One of the main challenges I’m being given the opportunity to overcome is the feeling of powerlessness. That is to say, this neurological condition I am experiencing is allowing me to dissolve the belief that I’m a powerless victim.
I have been asked, what is spiritual transformation? My answer is this. It is the process of becoming spiritually conscience. Buddhists refer to it as enlightenment. It’s when we begin to look at life differently. When we no longer see trees, as simply trees or people as simply, people. It occurs when we understand that there is a reason for our ‘being’ and that there is a reason for suffering.
As I set out on my walk to the labyrinth the other morning, one question was foremost on my mind. Why is it that despite everything I’ve learned about fear, its purpose, its role in the development of neurological disorders and how to overcome it, I’m still beset by feelings of fear that leave me experiencing intense symptoms, every day?
I recently saw an interview with English actor, Jude Law. During the interview, Law spoke about his very first acting job in the US, a stage play on Broadway. The character he was playing began the first act naked in a bathtub, after which he had to get out of the tub and towel down. I couldn’t help but think how liberating an experience that would be. After standing naked in front of hundreds of people night after night, what would there be to be afraid of? Not much!
There is a scene in the delightfully slick television series, Suits, where Mike Ross says to his mentor, Harvey Specter, “If someone sticks a gun in your face, open your coat and show him the bomb strapped to your chest!” In other words, turn a negative situation into one that is in your favour, and in so doing, put yourself in a position of power!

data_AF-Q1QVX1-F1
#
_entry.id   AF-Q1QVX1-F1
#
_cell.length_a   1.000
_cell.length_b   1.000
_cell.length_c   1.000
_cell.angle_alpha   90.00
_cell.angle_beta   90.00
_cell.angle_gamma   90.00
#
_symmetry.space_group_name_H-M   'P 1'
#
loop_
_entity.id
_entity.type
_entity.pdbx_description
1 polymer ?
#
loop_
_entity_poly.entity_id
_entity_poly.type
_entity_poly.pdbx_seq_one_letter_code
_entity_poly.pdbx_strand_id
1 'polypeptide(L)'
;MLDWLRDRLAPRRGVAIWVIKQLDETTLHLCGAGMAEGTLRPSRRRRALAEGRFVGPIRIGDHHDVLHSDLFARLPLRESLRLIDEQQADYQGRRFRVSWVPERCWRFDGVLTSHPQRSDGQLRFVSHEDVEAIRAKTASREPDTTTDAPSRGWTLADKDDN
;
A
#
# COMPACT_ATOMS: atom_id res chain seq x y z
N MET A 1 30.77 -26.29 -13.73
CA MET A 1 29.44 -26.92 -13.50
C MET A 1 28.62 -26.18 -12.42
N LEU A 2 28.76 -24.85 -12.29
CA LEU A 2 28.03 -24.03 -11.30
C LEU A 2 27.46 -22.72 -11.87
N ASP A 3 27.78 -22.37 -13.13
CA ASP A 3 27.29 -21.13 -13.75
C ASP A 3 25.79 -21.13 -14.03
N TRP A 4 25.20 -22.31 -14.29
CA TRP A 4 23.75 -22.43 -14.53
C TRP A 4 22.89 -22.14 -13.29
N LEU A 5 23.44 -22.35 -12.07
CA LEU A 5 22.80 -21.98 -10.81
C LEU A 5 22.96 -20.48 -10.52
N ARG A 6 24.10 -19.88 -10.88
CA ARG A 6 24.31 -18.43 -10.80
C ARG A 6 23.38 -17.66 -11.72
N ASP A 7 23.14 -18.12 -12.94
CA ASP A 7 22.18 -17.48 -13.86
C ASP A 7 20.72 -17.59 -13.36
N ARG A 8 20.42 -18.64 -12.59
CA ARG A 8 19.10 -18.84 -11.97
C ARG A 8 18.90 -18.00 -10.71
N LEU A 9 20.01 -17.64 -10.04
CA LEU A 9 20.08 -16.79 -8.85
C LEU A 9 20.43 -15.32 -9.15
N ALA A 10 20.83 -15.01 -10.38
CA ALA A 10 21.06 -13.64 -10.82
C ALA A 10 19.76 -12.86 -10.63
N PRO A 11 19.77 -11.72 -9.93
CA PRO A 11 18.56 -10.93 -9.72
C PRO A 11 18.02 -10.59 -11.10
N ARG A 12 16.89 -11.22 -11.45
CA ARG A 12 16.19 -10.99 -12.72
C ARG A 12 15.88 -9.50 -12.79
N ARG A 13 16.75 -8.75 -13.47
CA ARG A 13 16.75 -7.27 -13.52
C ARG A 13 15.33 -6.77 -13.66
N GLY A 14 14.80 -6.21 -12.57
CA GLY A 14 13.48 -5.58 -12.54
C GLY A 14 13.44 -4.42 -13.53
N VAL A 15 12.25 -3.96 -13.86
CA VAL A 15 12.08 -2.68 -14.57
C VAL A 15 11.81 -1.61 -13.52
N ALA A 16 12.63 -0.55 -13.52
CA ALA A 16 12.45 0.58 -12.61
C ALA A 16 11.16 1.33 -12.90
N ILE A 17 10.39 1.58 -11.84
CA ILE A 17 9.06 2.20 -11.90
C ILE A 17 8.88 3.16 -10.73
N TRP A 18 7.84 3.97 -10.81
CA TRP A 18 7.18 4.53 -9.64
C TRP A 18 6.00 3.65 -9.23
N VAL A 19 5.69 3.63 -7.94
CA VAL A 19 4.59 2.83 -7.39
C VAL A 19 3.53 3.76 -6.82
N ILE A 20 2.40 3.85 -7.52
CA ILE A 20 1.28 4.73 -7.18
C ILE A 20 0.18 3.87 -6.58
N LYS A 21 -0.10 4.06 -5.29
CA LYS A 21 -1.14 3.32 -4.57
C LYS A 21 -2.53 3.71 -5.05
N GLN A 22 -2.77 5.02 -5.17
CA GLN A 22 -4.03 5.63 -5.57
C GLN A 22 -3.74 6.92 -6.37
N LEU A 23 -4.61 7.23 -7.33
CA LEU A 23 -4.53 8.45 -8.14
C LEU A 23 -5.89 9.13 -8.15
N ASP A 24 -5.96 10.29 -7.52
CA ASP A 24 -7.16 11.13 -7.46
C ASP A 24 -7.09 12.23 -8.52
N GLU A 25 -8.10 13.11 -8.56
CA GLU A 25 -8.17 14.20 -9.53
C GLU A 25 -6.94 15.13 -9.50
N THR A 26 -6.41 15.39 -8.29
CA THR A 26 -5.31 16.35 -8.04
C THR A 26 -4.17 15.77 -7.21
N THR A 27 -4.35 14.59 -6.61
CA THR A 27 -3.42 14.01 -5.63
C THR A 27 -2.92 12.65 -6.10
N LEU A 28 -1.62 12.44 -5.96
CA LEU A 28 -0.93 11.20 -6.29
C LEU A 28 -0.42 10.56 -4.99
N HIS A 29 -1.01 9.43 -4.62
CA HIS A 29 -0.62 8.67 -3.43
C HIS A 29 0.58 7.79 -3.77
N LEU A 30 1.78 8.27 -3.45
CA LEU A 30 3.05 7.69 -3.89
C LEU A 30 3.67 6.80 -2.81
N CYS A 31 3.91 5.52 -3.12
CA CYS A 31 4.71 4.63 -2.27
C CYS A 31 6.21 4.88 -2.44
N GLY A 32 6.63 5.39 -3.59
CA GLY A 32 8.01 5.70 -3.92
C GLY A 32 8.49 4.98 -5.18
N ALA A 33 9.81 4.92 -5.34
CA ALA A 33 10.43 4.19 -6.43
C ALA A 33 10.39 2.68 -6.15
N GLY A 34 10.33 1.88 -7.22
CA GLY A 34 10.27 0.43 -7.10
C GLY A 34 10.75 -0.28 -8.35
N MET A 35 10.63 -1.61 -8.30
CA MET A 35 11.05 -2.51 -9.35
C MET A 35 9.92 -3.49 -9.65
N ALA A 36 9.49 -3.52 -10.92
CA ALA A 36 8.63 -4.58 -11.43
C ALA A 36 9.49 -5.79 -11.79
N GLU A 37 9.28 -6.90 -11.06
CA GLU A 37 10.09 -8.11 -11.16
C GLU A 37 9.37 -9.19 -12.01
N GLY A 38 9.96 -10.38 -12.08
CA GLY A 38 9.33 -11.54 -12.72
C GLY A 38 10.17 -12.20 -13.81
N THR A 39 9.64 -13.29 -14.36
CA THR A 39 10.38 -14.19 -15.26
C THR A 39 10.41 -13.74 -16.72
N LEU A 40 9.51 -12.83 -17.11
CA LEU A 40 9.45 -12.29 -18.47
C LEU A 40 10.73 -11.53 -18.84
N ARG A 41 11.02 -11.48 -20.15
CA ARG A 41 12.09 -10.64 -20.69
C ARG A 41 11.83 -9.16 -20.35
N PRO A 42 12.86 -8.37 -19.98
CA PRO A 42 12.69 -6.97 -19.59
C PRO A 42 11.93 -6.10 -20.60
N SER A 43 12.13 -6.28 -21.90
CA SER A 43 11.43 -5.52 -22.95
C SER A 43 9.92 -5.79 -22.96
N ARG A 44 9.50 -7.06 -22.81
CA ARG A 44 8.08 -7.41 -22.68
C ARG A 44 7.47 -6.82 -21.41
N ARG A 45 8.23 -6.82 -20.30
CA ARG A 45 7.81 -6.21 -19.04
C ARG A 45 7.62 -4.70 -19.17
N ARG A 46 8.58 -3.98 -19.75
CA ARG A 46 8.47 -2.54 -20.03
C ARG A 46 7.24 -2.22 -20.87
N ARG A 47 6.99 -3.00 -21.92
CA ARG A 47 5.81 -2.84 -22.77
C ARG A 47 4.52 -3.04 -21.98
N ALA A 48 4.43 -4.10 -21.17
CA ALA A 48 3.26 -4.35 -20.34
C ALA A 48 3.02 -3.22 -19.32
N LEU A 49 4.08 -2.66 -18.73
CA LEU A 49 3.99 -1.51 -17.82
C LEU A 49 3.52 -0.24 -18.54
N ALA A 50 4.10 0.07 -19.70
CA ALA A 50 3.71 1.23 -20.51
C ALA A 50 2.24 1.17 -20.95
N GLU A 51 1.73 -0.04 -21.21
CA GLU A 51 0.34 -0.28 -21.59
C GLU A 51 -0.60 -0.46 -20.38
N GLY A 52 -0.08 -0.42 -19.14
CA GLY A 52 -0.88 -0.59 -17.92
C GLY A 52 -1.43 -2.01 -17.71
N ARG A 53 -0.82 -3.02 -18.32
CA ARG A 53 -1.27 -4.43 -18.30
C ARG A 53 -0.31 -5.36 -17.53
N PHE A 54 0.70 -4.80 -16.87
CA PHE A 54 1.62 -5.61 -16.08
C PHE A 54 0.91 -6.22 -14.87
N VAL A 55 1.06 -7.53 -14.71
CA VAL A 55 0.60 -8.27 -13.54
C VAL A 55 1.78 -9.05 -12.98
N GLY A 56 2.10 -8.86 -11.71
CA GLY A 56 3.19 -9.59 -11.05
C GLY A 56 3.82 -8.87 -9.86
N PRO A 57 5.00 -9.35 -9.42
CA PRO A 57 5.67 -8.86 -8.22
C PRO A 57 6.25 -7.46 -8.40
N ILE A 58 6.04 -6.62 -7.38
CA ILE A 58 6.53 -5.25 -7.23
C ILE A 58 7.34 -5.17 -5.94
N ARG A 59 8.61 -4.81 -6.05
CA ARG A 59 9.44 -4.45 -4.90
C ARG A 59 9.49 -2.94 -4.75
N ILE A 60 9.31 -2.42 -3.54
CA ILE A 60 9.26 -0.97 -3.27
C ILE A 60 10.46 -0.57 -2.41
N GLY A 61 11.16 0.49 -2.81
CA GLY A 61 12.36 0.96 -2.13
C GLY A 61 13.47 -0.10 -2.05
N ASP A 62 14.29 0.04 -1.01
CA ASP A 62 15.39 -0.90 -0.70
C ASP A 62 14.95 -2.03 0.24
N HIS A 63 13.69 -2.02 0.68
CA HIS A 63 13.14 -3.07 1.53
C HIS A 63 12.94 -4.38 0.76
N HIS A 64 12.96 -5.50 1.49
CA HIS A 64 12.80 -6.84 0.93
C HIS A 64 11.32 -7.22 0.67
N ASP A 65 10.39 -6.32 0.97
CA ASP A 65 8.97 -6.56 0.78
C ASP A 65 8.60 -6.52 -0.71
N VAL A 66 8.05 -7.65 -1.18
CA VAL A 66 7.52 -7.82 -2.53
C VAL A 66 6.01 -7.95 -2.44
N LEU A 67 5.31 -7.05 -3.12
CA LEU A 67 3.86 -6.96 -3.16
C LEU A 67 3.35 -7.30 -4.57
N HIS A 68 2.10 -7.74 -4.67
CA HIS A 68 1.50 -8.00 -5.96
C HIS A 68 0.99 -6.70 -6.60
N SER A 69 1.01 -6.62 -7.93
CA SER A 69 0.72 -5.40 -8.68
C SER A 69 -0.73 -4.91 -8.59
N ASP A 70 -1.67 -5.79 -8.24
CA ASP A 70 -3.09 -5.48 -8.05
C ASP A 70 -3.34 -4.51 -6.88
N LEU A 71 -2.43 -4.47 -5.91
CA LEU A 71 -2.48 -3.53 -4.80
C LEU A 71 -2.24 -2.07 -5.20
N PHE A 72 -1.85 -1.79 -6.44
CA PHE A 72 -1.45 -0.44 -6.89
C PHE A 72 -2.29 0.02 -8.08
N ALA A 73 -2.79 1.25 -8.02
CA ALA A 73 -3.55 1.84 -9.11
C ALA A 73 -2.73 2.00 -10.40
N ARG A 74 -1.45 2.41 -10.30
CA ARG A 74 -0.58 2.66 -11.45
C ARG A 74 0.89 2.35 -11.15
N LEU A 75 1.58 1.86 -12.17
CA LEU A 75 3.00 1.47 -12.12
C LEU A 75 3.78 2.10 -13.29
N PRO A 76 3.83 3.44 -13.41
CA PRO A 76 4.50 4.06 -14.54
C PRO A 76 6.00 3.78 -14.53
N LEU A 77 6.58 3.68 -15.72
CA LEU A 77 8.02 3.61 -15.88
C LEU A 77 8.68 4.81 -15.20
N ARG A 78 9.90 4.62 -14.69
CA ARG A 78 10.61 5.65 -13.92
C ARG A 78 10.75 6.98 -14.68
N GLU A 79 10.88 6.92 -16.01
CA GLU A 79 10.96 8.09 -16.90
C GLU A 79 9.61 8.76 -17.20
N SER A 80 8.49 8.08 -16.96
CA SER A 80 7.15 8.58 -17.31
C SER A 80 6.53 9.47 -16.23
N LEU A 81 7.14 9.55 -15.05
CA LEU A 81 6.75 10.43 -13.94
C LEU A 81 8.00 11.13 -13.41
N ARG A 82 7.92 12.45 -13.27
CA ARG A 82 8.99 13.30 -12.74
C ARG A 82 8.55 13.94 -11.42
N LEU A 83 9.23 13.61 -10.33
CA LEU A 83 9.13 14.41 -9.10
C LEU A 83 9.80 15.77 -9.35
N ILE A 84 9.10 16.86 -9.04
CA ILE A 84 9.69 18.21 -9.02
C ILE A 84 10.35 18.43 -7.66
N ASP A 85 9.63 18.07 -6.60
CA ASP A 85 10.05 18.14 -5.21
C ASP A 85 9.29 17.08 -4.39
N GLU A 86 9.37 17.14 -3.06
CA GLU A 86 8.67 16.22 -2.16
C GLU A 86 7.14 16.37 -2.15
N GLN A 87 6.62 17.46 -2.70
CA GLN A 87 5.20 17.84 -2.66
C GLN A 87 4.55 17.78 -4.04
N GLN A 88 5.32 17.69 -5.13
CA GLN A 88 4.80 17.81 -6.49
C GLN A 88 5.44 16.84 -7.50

There are certain things I can’t relate to. For instance, I can’t relate to growing up in a war torn country. Nor can I relate to living in an occupied country. Mari can. She spent the first 32 years of her life living in Estonia, which was under Russian occupation at the time. I also can’t relate to living in a communist country or one ruled by a fascist dictator. I can relate to living in a country where the government seems more intent on serving itself than the people it was democratically elected to serve, but this isn’t nearly as bad.
Sadness in your heart can mean grief, bitterness and anger, and just like fear, it can sabotage your best intentions and cause you to become sick.
The biggest challenge for me on my journey with Parkinson’s is not having Parkinson’s or coping with the symptoms that characterize the condition. Rather, it is overcoming fear! It is not experiencing constriction in my throat. It is the fear of losing the ability to swallow. It is not experiencing loss of mobility. It is the fear of becoming immobile. It is not the softening of my voice. It is the fear of not being able to speak. It is not having low blood pressure. It is the fear of my heart giving out. And these fears can be overwhelming at times!
It would be easy for me to ask, ‘why me?’ Why did I develop Parkinson’s? Given everything that I’ve already endured in my life and all the awesome stuff that I was embarking on around the time I was diagnosed, it might seem a tad unfair.